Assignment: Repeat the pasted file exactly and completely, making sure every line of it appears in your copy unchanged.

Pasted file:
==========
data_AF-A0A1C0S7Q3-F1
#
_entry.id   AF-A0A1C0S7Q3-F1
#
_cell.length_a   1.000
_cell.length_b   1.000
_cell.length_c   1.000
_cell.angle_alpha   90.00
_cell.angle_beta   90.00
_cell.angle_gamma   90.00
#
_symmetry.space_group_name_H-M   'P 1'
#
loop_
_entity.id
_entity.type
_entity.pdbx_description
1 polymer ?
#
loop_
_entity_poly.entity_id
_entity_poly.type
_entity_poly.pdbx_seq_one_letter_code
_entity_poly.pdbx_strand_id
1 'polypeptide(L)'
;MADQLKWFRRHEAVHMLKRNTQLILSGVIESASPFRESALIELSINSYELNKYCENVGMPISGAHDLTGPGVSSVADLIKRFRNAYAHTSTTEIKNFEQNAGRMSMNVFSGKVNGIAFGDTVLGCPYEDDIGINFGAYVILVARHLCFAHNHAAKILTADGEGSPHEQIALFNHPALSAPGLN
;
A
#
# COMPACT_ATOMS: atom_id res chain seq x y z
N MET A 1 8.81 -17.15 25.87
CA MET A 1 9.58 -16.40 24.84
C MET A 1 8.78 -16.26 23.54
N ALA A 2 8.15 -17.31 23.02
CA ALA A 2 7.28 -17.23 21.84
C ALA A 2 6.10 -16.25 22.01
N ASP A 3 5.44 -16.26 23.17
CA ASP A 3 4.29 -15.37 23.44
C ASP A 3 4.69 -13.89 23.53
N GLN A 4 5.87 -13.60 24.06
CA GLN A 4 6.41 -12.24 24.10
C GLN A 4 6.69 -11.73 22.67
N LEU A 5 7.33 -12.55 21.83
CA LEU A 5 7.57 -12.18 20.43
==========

data_AF-A0A1C0S7Q3-F1
#
_entry.id   AF-A0A1C0S7Q3-F1
#
_cell.length_a   1.000
_cell.length_b   1.000
_cell.length_c   1.000
_cell.angle_alpha   90.00
_cell.angle_beta   90.00
_cell.angle_gamma   90.00
#
_symmetry.space_group_name_H-M   'P 1'
#
loop_
_entity.id
_entity.type
_entity.pdbx_description
1 polymer ?
#
loop_
_entity_poly.entity_id
_entity_poly.type
_entity_poly.pdbx_seq_one_letter_code
_entity_poly.pdbx_strand_id
1 'polypeptide(L)'
;MADQLKWFRRHEAVHMLKRNTQLILSGVIESASPFRESALIELSINSYELNKYCENVGMPISGAHDLTGPGVSSVADLIKRFRNAYAHTSTTEIKNFEQNAGRMSMNVFSGKVNGIAFGDTVLGCPYEDDIGINFGAYVILVARHLCFAHNHAAKILTADGEGSPHEQIALFNHPALSAPGLN
;
A
#
# COMPACT_ATOMS: atom_id res chain seq x y z
N MET A 1 8.81 -17.15 25.87
CA MET A 1 9.58 -16.40 24.84
C MET A 1 8.78 -16.26 23.54
N ALA A 2 8.15 -17.31 23.02
CA ALA A 2 7.28 -17.23 21.84
C ALA A 2 6.10 -16.25 22.01
N ASP A 3 5.44 -16.26 23.17
CA ASP A 3 4.29 -15.37 23.44
C ASP A 3 4.69 -13.89 23.53
N GLN A 4 5.87 -13.60 24.06
CA GLN A 4 6.41 -12.24 24.10
C GLN A 4 6.69 -11.73 22.67
N LEU A 5 7.33 -12.55 21.83
CA LEU A 5 7.57 -12.18 20.43